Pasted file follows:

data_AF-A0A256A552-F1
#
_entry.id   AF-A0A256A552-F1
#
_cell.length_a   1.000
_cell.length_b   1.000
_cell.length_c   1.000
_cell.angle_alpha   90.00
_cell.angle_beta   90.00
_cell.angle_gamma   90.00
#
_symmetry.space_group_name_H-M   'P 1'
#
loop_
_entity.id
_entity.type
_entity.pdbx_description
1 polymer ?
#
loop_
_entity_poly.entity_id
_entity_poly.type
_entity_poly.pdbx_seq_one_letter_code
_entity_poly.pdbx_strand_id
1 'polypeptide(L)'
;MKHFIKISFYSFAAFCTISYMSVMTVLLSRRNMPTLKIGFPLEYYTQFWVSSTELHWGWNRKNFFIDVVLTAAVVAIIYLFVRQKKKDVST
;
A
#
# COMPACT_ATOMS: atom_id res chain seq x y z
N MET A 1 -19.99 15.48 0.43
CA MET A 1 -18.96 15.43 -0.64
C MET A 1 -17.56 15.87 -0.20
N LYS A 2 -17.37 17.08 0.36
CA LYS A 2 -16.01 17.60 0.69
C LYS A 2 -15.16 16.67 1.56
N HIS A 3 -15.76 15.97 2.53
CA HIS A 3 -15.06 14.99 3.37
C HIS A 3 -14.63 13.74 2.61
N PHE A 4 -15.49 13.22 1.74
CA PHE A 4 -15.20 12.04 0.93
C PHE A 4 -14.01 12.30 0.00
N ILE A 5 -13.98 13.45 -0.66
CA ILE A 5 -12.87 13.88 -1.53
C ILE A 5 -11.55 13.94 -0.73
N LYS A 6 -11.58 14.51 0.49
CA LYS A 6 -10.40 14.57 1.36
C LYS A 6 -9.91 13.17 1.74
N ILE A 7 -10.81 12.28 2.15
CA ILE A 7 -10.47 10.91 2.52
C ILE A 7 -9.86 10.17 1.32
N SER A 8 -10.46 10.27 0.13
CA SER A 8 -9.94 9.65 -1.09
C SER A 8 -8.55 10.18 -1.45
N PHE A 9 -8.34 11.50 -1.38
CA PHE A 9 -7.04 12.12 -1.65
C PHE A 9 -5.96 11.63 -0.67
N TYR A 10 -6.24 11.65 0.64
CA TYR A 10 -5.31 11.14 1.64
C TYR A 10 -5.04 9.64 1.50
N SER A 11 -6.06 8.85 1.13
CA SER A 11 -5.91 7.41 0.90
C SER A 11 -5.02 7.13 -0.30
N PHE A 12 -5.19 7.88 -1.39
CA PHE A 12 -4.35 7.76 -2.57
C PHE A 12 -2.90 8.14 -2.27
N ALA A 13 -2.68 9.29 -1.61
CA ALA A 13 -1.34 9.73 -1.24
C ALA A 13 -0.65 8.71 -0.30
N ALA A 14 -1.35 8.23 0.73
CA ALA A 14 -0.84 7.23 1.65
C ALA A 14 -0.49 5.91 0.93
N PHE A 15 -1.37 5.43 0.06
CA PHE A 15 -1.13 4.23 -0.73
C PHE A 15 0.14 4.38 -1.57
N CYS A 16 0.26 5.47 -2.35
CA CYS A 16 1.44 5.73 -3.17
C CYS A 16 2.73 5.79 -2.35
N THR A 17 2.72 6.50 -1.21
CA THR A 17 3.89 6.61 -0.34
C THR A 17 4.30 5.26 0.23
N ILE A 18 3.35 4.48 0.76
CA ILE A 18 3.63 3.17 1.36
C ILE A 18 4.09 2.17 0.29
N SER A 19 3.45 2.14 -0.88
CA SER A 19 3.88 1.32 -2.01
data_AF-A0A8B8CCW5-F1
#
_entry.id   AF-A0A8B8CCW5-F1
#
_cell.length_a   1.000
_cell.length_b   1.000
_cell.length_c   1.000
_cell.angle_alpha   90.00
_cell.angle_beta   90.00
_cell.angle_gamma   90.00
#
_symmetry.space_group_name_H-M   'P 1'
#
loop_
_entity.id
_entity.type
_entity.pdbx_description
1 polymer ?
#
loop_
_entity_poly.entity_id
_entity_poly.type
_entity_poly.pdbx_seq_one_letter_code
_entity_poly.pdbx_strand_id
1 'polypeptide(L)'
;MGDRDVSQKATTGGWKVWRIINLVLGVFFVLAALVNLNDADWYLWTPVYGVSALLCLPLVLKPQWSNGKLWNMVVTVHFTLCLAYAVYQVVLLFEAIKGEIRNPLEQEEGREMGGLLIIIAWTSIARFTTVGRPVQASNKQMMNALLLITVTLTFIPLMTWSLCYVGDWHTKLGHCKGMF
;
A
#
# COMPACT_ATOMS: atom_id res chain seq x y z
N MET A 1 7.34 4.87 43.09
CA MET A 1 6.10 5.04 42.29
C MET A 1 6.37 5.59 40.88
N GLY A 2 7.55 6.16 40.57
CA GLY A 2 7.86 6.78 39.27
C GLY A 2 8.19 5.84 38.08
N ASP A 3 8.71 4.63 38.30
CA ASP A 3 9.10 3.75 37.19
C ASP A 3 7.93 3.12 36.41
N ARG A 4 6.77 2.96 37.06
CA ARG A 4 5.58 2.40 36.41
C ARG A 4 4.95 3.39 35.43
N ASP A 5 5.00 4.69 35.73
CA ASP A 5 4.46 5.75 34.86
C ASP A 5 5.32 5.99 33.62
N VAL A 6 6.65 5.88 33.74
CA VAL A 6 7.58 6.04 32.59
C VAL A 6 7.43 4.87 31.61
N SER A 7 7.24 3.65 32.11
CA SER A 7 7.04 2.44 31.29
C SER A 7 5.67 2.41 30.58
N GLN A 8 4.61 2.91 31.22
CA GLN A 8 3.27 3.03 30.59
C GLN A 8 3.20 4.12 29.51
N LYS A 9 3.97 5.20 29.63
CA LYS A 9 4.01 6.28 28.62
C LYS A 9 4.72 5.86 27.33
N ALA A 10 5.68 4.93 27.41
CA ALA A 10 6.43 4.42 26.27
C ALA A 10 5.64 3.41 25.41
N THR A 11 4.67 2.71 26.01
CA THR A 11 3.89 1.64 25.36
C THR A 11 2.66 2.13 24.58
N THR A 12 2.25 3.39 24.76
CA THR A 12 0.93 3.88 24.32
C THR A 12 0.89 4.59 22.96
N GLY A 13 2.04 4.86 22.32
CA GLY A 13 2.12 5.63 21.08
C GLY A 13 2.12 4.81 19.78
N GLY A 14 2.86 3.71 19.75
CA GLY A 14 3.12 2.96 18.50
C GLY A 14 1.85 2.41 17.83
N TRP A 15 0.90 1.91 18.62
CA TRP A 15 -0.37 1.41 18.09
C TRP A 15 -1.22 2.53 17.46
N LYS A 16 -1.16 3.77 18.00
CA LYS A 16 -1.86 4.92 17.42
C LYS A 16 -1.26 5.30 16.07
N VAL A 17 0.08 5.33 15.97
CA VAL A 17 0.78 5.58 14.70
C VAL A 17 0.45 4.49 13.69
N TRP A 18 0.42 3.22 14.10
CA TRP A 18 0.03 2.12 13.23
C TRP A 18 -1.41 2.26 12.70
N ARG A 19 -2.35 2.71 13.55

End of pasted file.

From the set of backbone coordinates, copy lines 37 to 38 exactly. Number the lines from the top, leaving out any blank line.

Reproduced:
N HIS A 3 -15.76 15.97 2.53
CA HIS A 3 -15.06 14.99 3.37